be donated for the class in order to help maintain the squat. Besides 
organizing events, many of the squatters find temporary contracts in 
order to support the squat. Quite frequently many squats organize 
parties and festivals, where an entrance fee is sometimes charged and/
or drinks are sold. 

These squats are normally directed by cooperative initiatives, often 
resembling for example agricultural cooperatives. These collaborations 
permit the squatters to have access high quality, often organic food 
that is created with respect to the earth. Usually everything that the 
squat sells is at a very affordable price, with large meals often 
costing 4 or 5 euros and drinks that are no more than 1 euro. 

Of all forms, each squat is a world, which is created and formed 
depending on the individuals and social collectives involved. 
Squatting is often interrelated with the more radical social movements 
of the "left", often including, but not limited to, anarchists. Squats 
also play a vital role in organizing protests, manifestations, and 
creating informative periodicals. The activities that the squat is 
involved in often strive to defend the local area and the rights of 
the other individual's and organizations in the neighborhood. Some of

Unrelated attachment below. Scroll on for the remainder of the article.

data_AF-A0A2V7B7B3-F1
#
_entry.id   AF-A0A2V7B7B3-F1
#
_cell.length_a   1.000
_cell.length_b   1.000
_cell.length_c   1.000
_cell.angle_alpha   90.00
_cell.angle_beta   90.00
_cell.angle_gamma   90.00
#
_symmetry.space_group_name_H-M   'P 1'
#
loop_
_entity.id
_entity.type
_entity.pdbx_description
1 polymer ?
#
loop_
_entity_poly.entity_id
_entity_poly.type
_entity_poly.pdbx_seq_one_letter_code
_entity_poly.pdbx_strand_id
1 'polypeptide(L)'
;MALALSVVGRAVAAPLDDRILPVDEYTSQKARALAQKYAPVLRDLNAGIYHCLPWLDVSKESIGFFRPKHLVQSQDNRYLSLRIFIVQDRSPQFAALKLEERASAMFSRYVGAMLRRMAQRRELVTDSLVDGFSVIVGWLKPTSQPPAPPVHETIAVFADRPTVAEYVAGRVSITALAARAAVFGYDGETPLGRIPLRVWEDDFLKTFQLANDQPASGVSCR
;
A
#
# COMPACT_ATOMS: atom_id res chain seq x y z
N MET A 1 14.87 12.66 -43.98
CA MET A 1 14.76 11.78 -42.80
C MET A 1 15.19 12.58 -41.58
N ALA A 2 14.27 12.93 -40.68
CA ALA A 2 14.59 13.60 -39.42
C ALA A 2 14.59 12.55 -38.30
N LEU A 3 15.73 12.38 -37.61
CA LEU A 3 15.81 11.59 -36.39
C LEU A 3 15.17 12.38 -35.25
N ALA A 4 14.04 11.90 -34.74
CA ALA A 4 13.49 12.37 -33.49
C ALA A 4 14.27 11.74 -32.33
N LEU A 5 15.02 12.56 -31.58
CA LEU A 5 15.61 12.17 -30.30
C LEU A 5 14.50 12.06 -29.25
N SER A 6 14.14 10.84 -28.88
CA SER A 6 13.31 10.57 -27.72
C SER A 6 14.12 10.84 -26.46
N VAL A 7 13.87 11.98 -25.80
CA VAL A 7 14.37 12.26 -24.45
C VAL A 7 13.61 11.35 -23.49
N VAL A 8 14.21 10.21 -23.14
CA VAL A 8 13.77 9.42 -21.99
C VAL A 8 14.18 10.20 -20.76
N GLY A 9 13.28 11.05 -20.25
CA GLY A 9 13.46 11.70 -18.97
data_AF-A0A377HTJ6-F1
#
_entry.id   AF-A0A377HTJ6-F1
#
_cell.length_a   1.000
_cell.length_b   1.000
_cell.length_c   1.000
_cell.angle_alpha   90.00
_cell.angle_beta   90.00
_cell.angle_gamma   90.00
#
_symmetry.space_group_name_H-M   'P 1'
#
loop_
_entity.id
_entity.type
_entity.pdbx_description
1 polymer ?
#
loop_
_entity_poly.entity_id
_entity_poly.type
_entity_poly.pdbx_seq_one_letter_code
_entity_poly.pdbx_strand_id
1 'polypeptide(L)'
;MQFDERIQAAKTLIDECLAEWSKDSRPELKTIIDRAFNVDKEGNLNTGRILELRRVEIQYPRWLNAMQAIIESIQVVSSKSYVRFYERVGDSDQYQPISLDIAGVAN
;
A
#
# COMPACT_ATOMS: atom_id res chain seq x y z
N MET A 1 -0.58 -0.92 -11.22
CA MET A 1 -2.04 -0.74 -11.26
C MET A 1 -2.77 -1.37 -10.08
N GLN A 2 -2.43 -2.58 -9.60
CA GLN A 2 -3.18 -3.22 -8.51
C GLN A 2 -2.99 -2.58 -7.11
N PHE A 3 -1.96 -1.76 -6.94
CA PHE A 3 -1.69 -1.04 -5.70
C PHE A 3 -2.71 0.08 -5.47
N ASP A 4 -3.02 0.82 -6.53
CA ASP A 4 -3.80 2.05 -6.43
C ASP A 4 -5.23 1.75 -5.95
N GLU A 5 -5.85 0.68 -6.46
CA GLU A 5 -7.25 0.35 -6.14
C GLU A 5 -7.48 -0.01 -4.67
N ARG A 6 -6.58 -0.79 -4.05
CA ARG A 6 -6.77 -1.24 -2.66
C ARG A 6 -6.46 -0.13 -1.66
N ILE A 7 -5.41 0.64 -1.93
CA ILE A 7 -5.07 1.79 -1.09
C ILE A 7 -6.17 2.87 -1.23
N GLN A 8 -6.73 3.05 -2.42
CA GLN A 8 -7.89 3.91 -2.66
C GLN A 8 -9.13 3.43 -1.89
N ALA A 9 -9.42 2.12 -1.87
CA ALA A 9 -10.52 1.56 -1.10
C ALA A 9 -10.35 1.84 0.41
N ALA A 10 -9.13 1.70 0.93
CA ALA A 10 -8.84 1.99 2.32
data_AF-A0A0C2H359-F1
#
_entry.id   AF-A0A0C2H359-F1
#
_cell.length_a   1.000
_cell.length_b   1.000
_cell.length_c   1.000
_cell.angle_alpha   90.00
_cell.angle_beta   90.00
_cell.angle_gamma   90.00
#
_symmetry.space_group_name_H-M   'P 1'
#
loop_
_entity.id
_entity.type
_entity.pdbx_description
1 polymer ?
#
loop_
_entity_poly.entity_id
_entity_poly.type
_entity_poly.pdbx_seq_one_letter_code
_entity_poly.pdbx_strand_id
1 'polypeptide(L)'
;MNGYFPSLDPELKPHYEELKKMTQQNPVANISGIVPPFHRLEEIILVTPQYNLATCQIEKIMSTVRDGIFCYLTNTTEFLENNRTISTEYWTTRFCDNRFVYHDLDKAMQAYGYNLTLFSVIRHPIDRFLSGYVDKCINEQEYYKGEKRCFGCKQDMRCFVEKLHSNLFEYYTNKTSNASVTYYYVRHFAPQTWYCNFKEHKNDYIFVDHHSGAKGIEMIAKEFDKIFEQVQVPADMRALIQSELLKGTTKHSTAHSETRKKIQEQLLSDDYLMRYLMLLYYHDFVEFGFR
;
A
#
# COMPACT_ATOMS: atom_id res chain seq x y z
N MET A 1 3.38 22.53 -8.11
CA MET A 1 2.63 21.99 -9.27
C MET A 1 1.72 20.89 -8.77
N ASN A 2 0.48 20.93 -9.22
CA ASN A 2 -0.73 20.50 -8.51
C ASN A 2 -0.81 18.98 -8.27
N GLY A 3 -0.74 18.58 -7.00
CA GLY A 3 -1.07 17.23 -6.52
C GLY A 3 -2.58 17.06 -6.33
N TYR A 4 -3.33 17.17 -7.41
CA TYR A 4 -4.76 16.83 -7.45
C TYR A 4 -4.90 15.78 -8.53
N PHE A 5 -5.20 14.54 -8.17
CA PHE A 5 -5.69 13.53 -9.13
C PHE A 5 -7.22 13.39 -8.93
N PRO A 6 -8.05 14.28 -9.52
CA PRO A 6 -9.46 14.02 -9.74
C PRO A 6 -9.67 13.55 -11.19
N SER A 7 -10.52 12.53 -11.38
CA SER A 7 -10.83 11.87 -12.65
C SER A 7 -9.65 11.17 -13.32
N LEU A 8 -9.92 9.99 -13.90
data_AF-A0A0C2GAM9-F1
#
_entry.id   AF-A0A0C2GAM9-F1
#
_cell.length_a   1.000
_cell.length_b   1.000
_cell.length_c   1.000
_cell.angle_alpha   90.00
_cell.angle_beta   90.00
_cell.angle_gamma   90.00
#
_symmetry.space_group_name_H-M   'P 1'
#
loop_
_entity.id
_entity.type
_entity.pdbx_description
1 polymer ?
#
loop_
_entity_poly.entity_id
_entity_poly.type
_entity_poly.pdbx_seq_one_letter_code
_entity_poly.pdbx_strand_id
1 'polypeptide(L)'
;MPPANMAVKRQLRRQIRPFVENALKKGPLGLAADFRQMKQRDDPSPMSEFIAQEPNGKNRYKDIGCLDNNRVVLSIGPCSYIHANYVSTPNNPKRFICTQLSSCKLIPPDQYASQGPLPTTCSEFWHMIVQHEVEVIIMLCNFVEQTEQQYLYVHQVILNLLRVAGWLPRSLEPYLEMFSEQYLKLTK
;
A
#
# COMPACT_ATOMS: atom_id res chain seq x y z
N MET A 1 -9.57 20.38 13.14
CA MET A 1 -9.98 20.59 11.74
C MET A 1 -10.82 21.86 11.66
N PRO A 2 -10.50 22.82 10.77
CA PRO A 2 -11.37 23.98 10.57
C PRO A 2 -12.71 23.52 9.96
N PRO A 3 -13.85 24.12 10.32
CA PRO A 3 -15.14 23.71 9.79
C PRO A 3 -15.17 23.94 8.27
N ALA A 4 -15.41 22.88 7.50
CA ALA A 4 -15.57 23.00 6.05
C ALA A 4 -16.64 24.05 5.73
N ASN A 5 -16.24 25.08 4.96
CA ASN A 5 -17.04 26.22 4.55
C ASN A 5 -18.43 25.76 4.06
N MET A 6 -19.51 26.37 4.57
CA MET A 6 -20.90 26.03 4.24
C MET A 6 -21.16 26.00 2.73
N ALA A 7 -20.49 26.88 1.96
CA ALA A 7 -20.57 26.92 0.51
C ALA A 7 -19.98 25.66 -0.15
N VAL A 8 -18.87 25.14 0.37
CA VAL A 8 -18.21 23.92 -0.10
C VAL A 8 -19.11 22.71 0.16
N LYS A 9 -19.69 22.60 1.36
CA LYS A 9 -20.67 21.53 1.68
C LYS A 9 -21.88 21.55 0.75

these examples may include supporting workers, creating and aiding in 
protests, actions, and parties that are sometimes agreed upon through 
the "Asociaciones de Vecinos" or Association of Neighbors of the 
community. For an example of these "Asociaciones de Vecinos" please 
see the Madrid example here. 

One place where squatting is alive in strong in Spain is in Barcelona, 
where supposedly there are more squats than anywhere else in Spain. 
One can find more information about the squatting movement in 
Barcelona, Spain through the Internet on Barcelona's Indymedia 
project. One example of a squat near the frontier of the city of 
Barcelona is Can Masdeu. The building of Can Masdeu is very old, with 
some parts dating back to the 1600's. During the 20th Century Can 
Masdeu was used as a Leprosy Asylum, which is one of the reason why 
the enormous building may have been abandoned for 53 years. However, 
in 2001 a group of internationals, including some Spanish started the 
process of squatting Can Masdeu and now the squat is a fine 
demonstration of how another world is possible. The majority of 
activity of the squat developed in relation to manifestations against 
war, against genetically modified foods, defense of other squats, 
anti-G8, work as repression, struggling against speculation, and 
defending "La Sierra de Collserola." Another important project of Can 
Masdeu is it's social center, where they experiment with different 
forms of relationships. Some of this project includes solar cooking, 
solar collectors, solar shower, compost, flower and vegetable gardens, 
a bicycle shop, a bicycle washer, and a stove that runs on manure. 

Currently, the government of Spain and possibly all of the governments 
of the world have begun to realize that squats are locations of 
resistance that build upon radical ideas, in turn showing that another 
world truly is possible. This realization has lead the government of 
Spain to passing Article 245, which thereafter lead to many of the 
squats in Spain being infiltrated by the police, yet no matter what 
form of governmental repression there will always be those brave souls 
who continue to struggle for a brighter future.